Poor shooting streak seals Pitt loss to Syracuse, 69-51


Kaycee Orwig | Senior Staff Photographer

Fifth-year guard Aysia Bugg (2) scored 13 points during Pitt’s 69-51 loss to Syracuse on Sunday.

By Dominic Campbell, Senior Staff Writer

Pitt women’s basketball began Sunday’s matinee matchup against Syracuse like a team on track to finally snap its nine-game losing streak. The Panthers shot an incredible 8-14 from the field and 4-6 from 3-point range in a first quarter that saw them stake a 22-17 lead over their long-time rivals from the north.

But head coach Lance White’s struggling squad proceeded to collapse in spectacular fashion after that, scoring less field goals in the remaining three periods than it did in the first alone. The Panthers (3-14 overall, 0-6) went on to lose 69-51, giving them a double-digit losing streak for the second straight season.

The loss to the Orange (9-8 overall, 3-3 ACC) marked Pitt’s most lopsided in-conference play this year, surpassing a 12-point loss to Virginia Tech. After the game, White expressed his belief that the defeat could be attributed to Pitt’s own mental mistakes and self-inflicted wounds.

“It was more a more mental shift for us than what Syracuse did,” White said afterward. “And again, they played extremely well and they know what they do. But we just don’t have the mentality yet for what it takes at this level to be great.”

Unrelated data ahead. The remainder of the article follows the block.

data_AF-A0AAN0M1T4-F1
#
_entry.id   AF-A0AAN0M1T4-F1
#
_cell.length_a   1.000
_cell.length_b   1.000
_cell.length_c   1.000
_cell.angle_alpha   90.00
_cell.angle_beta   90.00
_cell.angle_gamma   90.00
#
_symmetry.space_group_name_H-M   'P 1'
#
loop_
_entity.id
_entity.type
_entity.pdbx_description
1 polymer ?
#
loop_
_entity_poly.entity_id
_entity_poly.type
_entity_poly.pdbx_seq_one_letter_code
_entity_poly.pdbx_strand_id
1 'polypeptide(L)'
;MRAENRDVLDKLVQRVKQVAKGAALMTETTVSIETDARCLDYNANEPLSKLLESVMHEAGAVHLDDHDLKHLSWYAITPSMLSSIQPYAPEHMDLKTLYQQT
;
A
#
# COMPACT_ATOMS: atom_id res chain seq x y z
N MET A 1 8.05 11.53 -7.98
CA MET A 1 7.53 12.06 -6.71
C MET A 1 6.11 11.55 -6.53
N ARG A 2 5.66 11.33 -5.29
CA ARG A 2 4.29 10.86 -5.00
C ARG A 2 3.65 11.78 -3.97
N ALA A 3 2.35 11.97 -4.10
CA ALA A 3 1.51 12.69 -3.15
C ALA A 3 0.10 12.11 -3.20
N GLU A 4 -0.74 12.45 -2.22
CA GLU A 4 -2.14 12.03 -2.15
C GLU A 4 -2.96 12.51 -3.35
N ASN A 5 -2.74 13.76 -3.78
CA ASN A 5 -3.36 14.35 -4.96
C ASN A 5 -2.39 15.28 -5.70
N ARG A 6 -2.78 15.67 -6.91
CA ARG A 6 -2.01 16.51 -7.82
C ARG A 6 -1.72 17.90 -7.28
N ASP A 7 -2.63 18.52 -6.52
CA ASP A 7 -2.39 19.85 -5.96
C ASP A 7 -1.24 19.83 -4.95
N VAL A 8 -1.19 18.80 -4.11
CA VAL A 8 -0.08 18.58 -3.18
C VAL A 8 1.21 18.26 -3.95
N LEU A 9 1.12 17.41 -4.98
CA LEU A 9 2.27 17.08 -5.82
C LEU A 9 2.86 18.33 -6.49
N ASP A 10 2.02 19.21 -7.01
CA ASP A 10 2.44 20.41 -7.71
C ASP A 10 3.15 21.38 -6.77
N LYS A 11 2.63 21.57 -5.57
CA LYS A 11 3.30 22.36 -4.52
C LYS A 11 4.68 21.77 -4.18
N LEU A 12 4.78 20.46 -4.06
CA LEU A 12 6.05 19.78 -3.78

Pitt attacked Syracuse early and often, leading 15-8 at the first media time-out. Junior guard Gabbie Green scored 10 points within the first five minutes. The Orange finished the quarter on a 9-7 run, but the Panthers still led 22-17 going into the second.

But the Orange shifted to a full-court press at the start of the second quarter that completely stalled Pitt’s offensive momentum. While the press didn’t cause turnovers initially, it forced Pitt to get out of its comfort zone, rush possessions and settle for poor shots.

In the half-court, Syracuse employed a smothering zone that Green credited with swaying the game in Syracuse’s favor.

“I would say they’re long, they’re very athletic,” she said. “So we had to move the ball and in the second half we didn’t do that very well … so I think that part slowed us down.”

The Panthers only scored 11 points on 2-10 shooting in the second quarter, including a nearly eight-minute stretch where they made no field goals.

By comparison, the Orange scored 27 points in the quarter and shot 11-18 from the field, giving them a 44-33 lead at halftime.

The Panthers’ shooting woes only worsened in the second half, as they shot 5-28 from the field and 2-12 on 3-point attempts. In the three quarters after the first, Pitt made seven of its 38 field-goal attempts — less than it made in the first quarter alone.

“I think more than anything we got a little cold and sometimes we let the offense dictate the rest of the flow of the game,” fifth-year guard Aysia Bugg said. “I think overall we tried to keep the pressure and push tempo … I think we missed a lot of assignments and that’s what cost us.”

While the second half was cruel to Pitt, Syracuse didn’t shoot the ball much better. The Orange went 9-34 from the field and a miserable 1-15 from beyond the arc.

The turnover department, however, is where Syracuse held a distinct advantage over the Panthers. Pitt turned the ball over 26 times to Syracuse’s 11, and Syracuse took advantage of those takeaways, scoring 29 points off them while the Panthers scored six.

The No. 9 NC State Wolfpack await the Panthers in their next game, which will be at home Thursday at 7 p.m.